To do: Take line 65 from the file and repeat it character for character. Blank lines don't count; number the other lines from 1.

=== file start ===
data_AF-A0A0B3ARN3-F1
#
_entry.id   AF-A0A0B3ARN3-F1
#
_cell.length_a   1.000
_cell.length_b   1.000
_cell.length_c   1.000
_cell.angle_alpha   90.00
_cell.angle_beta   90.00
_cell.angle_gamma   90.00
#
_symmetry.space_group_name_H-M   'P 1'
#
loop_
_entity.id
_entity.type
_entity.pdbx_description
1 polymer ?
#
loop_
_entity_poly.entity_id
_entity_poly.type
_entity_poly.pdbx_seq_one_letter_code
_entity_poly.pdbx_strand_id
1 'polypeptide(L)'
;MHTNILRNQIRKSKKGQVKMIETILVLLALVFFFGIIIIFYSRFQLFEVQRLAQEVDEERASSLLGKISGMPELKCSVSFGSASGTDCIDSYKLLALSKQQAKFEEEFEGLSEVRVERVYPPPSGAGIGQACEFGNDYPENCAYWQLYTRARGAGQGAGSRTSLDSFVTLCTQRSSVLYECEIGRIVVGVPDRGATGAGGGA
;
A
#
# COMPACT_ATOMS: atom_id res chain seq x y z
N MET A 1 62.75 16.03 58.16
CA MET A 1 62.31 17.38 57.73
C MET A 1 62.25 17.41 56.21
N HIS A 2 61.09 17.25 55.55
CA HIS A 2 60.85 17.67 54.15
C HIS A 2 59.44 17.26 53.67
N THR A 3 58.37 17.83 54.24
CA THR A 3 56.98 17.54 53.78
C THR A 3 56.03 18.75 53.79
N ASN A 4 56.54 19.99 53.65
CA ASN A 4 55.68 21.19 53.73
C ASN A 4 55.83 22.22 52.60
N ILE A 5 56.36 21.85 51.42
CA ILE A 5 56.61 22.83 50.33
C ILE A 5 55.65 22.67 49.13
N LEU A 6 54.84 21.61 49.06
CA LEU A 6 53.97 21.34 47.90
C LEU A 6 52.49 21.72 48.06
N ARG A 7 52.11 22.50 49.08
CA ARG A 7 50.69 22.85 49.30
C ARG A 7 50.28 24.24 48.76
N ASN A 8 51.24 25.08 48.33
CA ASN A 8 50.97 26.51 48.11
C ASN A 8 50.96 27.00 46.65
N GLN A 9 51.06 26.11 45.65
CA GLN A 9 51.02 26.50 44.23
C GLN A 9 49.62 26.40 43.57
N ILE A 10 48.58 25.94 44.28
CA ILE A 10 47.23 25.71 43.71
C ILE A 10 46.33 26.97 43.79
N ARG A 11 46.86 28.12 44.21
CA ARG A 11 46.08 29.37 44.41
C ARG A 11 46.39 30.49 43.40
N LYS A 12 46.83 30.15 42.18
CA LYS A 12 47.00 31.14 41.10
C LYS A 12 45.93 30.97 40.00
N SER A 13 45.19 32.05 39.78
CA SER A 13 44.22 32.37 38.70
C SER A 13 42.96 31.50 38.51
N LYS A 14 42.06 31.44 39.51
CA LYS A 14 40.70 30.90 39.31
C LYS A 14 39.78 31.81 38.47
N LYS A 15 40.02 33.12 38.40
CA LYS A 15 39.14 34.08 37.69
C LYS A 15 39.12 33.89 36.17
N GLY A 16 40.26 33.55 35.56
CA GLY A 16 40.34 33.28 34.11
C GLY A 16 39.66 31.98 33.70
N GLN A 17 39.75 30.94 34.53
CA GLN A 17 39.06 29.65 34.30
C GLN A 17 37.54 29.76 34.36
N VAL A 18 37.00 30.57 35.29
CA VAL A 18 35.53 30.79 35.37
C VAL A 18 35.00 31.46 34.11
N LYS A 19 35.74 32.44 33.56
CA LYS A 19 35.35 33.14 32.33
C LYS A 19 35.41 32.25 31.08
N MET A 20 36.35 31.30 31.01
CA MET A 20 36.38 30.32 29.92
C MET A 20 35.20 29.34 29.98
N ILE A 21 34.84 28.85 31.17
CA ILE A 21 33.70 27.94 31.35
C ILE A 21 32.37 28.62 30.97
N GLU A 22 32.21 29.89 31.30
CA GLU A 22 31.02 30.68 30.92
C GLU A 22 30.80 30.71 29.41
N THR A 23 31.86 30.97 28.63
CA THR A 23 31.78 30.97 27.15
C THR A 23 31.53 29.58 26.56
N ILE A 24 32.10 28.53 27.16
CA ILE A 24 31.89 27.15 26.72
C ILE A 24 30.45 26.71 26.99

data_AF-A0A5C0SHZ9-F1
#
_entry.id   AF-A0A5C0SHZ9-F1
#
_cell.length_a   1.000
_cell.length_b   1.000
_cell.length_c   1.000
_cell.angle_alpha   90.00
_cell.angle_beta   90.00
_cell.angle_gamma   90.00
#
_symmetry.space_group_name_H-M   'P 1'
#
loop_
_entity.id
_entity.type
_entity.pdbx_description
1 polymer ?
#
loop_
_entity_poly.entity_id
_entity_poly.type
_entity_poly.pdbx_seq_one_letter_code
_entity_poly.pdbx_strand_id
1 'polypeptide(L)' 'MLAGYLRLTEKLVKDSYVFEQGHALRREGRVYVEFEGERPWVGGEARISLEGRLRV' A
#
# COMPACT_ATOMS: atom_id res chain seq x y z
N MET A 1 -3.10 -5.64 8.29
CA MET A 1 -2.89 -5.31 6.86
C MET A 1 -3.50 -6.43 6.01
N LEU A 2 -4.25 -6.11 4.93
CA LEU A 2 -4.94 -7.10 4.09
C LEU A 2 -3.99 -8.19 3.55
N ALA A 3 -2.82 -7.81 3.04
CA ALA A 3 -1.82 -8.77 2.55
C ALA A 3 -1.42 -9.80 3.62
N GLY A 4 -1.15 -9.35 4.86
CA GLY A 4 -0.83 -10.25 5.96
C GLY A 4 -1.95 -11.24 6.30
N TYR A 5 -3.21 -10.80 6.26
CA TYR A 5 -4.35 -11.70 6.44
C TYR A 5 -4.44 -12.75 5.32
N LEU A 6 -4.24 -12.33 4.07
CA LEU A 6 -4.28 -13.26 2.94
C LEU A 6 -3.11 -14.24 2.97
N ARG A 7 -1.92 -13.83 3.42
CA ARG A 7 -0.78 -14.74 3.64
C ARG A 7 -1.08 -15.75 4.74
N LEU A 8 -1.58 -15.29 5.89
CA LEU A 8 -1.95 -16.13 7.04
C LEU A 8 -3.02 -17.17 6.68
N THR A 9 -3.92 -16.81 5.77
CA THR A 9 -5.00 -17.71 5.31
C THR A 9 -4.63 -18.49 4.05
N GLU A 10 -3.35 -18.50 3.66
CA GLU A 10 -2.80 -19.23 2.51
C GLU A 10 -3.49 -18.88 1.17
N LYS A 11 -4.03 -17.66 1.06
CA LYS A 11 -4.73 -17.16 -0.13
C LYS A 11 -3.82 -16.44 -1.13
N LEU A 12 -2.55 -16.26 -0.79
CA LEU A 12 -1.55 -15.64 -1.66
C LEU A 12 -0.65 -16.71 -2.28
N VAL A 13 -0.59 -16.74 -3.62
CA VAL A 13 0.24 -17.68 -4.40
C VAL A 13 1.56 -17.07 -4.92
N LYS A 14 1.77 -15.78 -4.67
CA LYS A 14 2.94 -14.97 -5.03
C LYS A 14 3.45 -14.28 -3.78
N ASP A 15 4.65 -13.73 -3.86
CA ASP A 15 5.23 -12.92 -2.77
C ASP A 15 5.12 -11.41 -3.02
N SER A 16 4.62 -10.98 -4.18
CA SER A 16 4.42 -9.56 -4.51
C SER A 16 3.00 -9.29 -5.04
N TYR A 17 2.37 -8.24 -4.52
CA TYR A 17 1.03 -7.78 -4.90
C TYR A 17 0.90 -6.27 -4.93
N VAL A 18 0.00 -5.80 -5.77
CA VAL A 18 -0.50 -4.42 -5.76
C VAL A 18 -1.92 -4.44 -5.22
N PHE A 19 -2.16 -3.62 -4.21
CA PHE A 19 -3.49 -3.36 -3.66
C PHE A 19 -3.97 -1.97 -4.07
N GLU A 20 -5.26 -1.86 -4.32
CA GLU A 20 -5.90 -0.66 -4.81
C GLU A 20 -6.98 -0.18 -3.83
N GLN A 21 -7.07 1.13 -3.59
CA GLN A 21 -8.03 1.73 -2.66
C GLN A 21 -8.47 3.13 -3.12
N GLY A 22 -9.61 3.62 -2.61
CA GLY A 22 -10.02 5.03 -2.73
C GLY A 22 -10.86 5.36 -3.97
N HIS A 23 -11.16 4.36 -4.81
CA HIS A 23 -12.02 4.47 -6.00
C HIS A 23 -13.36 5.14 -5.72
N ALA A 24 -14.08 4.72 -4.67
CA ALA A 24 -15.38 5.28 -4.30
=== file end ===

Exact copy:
CA LYS A 12 47.00 31.14 41.10